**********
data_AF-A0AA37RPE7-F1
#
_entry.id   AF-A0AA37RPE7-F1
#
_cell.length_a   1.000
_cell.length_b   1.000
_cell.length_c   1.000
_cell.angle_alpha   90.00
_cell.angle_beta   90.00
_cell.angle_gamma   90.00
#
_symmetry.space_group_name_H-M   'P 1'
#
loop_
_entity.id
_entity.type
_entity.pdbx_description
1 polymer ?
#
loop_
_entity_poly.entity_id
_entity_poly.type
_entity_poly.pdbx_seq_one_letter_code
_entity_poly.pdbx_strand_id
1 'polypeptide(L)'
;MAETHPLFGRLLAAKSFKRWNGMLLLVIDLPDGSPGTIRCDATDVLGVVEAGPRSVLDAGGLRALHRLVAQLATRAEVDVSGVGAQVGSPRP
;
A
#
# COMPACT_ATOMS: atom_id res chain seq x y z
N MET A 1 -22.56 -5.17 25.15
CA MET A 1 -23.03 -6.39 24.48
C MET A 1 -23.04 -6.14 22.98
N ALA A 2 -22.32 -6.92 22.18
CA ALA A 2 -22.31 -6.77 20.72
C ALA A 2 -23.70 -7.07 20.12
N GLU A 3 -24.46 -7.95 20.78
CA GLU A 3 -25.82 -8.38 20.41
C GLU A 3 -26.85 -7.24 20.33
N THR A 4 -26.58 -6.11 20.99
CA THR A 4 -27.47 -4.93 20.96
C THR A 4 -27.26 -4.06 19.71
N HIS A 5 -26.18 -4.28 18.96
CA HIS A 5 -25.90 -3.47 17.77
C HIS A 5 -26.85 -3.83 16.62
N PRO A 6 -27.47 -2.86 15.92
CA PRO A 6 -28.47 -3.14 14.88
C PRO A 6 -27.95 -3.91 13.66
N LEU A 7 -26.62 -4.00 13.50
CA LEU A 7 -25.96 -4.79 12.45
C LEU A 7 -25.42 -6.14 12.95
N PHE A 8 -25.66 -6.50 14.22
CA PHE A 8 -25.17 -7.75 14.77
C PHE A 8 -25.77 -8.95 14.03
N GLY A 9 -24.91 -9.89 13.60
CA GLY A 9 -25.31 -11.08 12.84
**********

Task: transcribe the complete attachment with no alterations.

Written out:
data_AF-A0AA37RPE7-F1
#
_entry.id   AF-A0AA37RPE7-F1
#
_cell.length_a   1.000
_cell.length_b   1.000
_cell.length_c   1.000
_cell.angle_alpha   90.00
_cell.angle_beta   90.00
_cell.angle_gamma   90.00
#
_symmetry.space_group_name_H-M   'P 1'
#
loop_
_entity.id
_entity.type
_entity.pdbx_description
1 polymer ?
#
loop_
_entity_poly.entity_id
_entity_poly.type
_entity_poly.pdbx_seq_one_letter_code
_entity_poly.pdbx_strand_id
1 'polypeptide(L)'
;MAETHPLFGRLLAAKSFKRWNGMLLLVIDLPDGSPGTIRCDATDVLGVVEAGPRSVLDAGGLRALHRLVAQLATRAEVDVSGVGAQVGSPRP
;
A
#
# COMPACT_ATOMS: atom_id res chain seq x y z
N MET A 1 -22.56 -5.17 25.15
CA MET A 1 -23.03 -6.39 24.48
C MET A 1 -23.04 -6.14 22.98
N ALA A 2 -22.32 -6.92 22.18
CA ALA A 2 -22.31 -6.77 20.72
C ALA A 2 -23.70 -7.07 20.12
N GLU A 3 -24.46 -7.95 20.78
CA GLU A 3 -25.82 -8.38 20.41
C GLU A 3 -26.85 -7.24 20.33
N THR A 4 -26.58 -6.11 20.99
CA THR A 4 -27.47 -4.93 20.96
C THR A 4 -27.26 -4.06 19.71
N HIS A 5 -26.18 -4.28 18.96
CA HIS A 5 -25.90 -3.47 17.77
C HIS A 5 -26.85 -3.83 16.62
N PRO A 6 -27.47 -2.86 15.92
CA PRO A 6 -28.47 -3.14 14.88
C PRO A 6 -27.95 -3.91 13.66
N LEU A 7 -26.62 -4.00 13.50
CA LEU A 7 -25.96 -4.79 12.45
C LEU A 7 -25.42 -6.14 12.95
N PHE A 8 -25.66 -6.50 14.22
CA PHE A 8 -25.17 -7.75 14.77
C PHE A 8 -25.77 -8.95 14.03
N GLY A 9 -24.91 -9.89 13.60
CA GLY A 9 -25.31 -11.08 12.84